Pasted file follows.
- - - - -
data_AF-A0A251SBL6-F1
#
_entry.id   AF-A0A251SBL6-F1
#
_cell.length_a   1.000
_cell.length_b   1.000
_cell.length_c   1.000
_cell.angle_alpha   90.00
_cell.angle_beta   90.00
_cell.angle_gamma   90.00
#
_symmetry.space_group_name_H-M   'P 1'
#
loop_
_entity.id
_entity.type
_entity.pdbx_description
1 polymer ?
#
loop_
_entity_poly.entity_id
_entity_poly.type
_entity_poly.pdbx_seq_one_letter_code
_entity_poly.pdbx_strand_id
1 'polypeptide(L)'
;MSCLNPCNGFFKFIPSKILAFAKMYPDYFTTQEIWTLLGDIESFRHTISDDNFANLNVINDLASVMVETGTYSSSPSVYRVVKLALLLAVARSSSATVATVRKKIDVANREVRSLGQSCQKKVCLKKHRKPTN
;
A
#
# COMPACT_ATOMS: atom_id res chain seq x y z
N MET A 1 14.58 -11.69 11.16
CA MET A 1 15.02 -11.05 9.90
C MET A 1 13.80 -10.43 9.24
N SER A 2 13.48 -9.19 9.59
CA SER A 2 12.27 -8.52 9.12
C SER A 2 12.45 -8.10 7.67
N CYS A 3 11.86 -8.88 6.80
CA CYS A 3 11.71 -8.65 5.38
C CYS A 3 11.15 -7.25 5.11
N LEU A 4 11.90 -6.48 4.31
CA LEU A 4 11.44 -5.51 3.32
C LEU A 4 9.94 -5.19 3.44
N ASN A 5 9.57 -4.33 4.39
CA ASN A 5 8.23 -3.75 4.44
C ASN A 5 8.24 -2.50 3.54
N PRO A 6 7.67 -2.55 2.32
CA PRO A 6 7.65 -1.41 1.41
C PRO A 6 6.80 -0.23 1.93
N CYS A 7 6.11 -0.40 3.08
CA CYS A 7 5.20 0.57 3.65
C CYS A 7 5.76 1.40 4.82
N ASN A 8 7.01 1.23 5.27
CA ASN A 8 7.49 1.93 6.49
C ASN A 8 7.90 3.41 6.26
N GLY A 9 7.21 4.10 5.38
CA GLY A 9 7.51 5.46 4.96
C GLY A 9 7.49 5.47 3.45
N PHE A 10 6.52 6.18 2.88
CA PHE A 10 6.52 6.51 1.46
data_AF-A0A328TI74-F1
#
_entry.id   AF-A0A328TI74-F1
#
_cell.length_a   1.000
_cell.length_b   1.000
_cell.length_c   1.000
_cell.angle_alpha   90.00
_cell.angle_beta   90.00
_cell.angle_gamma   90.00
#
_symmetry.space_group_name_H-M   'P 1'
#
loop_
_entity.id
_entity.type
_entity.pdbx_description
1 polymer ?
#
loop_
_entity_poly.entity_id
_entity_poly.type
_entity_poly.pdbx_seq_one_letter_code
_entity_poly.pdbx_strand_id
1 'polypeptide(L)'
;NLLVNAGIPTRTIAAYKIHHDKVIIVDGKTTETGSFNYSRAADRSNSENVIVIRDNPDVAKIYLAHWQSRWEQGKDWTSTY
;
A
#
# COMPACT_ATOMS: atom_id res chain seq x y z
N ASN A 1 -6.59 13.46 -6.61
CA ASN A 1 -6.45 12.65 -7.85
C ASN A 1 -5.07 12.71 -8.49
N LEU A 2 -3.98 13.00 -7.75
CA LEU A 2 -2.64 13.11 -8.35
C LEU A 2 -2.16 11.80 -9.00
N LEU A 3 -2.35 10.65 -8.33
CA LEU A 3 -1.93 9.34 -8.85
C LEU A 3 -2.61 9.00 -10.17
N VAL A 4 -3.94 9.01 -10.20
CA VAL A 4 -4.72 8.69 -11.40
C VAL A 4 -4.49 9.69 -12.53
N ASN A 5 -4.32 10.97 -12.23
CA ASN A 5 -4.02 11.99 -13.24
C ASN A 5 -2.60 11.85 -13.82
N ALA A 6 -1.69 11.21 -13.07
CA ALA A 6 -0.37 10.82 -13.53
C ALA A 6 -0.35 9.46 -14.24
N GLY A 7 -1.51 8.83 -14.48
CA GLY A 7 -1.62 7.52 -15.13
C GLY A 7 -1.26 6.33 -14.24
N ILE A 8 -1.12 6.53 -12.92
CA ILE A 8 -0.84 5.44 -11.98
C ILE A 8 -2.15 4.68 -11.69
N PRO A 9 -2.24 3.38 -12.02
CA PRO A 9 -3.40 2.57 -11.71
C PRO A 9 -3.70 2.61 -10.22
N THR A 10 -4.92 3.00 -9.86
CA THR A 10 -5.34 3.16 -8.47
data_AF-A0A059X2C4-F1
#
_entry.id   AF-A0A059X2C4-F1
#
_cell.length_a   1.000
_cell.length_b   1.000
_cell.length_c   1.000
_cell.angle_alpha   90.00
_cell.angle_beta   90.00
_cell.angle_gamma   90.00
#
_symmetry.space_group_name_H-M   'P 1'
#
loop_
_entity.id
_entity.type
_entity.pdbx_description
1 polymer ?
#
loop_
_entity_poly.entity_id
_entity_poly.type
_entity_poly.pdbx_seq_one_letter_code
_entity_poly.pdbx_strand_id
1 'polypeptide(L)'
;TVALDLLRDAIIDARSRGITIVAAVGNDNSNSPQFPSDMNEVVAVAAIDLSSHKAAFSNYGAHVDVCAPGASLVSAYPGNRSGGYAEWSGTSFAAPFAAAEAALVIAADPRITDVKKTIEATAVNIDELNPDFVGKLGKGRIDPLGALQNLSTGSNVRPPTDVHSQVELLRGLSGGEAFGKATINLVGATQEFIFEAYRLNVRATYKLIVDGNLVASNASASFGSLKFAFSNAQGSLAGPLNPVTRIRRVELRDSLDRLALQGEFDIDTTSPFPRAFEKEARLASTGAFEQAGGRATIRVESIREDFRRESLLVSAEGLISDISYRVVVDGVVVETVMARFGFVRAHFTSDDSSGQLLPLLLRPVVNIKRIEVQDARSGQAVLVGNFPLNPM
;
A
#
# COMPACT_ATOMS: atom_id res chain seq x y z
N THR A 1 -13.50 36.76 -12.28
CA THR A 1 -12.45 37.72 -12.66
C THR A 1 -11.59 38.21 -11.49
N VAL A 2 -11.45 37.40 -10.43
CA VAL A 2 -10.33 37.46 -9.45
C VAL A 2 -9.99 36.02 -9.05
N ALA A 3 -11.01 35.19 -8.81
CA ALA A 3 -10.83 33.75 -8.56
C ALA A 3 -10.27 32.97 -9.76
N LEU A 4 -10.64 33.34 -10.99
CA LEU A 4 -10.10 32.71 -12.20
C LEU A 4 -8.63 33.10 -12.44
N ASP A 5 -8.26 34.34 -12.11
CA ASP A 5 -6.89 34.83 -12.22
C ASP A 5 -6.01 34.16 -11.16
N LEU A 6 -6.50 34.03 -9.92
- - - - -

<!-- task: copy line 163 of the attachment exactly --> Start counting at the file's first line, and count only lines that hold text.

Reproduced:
C ASP A 5 -6.01 34.16 -11.16